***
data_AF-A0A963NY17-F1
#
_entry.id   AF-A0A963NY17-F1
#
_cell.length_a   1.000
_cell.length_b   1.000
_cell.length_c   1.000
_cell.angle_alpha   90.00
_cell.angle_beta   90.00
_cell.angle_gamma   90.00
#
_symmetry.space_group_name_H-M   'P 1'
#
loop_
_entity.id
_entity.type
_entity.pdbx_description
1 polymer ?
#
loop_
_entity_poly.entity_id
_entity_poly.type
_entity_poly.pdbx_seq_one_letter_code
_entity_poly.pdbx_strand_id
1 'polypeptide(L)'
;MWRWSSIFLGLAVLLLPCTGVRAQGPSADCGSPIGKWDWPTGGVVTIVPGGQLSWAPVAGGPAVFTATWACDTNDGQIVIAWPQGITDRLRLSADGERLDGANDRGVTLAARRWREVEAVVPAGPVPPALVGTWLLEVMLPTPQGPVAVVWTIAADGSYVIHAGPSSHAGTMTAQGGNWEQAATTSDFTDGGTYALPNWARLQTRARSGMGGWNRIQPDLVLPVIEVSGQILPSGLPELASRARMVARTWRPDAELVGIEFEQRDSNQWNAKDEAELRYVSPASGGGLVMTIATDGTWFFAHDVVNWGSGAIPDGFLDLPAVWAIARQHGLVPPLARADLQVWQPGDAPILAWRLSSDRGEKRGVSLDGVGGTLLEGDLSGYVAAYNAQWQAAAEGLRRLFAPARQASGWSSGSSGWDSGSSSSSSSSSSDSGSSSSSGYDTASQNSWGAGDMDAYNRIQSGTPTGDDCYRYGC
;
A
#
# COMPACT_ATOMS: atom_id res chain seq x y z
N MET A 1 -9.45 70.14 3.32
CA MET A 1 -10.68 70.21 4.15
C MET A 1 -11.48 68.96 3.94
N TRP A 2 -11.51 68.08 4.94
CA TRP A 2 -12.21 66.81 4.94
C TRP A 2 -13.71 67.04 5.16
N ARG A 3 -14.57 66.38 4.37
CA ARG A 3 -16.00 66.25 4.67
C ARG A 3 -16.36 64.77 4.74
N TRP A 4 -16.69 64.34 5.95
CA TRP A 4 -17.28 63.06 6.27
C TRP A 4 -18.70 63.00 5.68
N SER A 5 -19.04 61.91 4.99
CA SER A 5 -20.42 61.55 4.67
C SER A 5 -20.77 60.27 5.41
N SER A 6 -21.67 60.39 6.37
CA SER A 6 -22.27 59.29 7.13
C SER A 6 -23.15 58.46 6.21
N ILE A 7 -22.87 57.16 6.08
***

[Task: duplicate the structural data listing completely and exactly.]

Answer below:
data_AF-A0A963NY17-F1
#
_entry.id   AF-A0A963NY17-F1
#
_cell.length_a   1.000
_cell.length_b   1.000
_cell.length_c   1.000
_cell.angle_alpha   90.00
_cell.angle_beta   90.00
_cell.angle_gamma   90.00
#
_symmetry.space_group_name_H-M   'P 1'
#
loop_
_entity.id
_entity.type
_entity.pdbx_description
1 polymer ?
#
loop_
_entity_poly.entity_id
_entity_poly.type
_entity_poly.pdbx_seq_one_letter_code
_entity_poly.pdbx_strand_id
1 'polypeptide(L)'
;MWRWSSIFLGLAVLLLPCTGVRAQGPSADCGSPIGKWDWPTGGVVTIVPGGQLSWAPVAGGPAVFTATWACDTNDGQIVIAWPQGITDRLRLSADGERLDGANDRGVTLAARRWREVEAVVPAGPVPPALVGTWLLEVMLPTPQGPVAVVWTIAADGSYVIHAGPSSHAGTMTAQGGNWEQAATTSDFTDGGTYALPNWARLQTRARSGMGGWNRIQPDLVLPVIEVSGQILPSGLPELASRARMVARTWRPDAELVGIEFEQRDSNQWNAKDEAELRYVSPASGGGLVMTIATDGTWFFAHDVVNWGSGAIPDGFLDLPAVWAIARQHGLVPPLARADLQVWQPGDAPILAWRLSSDRGEKRGVSLDGVGGTLLEGDLSGYVAAYNAQWQAAAEGLRRLFAPARQASGWSSGSSGWDSGSSSSSSSSSSDSGSSSSSGYDTASQNSWGAGDMDAYNRIQSGTPTGDDCYRYGC
;
A
#
# COMPACT_ATOMS: atom_id res chain seq x y z
N MET A 1 -9.45 70.14 3.32
CA MET A 1 -10.68 70.21 4.15
C MET A 1 -11.48 68.96 3.94
N TRP A 2 -11.51 68.08 4.94
CA TRP A 2 -12.21 66.81 4.94
C TRP A 2 -13.71 67.04 5.16
N ARG A 3 -14.57 66.38 4.37
CA ARG A 3 -16.00 66.25 4.67
C ARG A 3 -16.36 64.77 4.74
N TRP A 4 -16.69 64.34 5.95
CA TRP A 4 -17.28 63.06 6.27
C TRP A 4 -18.70 63.00 5.68
N SER A 5 -19.04 61.91 4.99
CA SER A 5 -20.42 61.55 4.67
C SER A 5 -20.77 60.27 5.41
N SER A 6 -21.67 60.39 6.37
CA SER A 6 -22.27 59.29 7.13
C SER A 6 -23.15 58.46 6.21
N ILE A 7 -22.87 57.16 6.08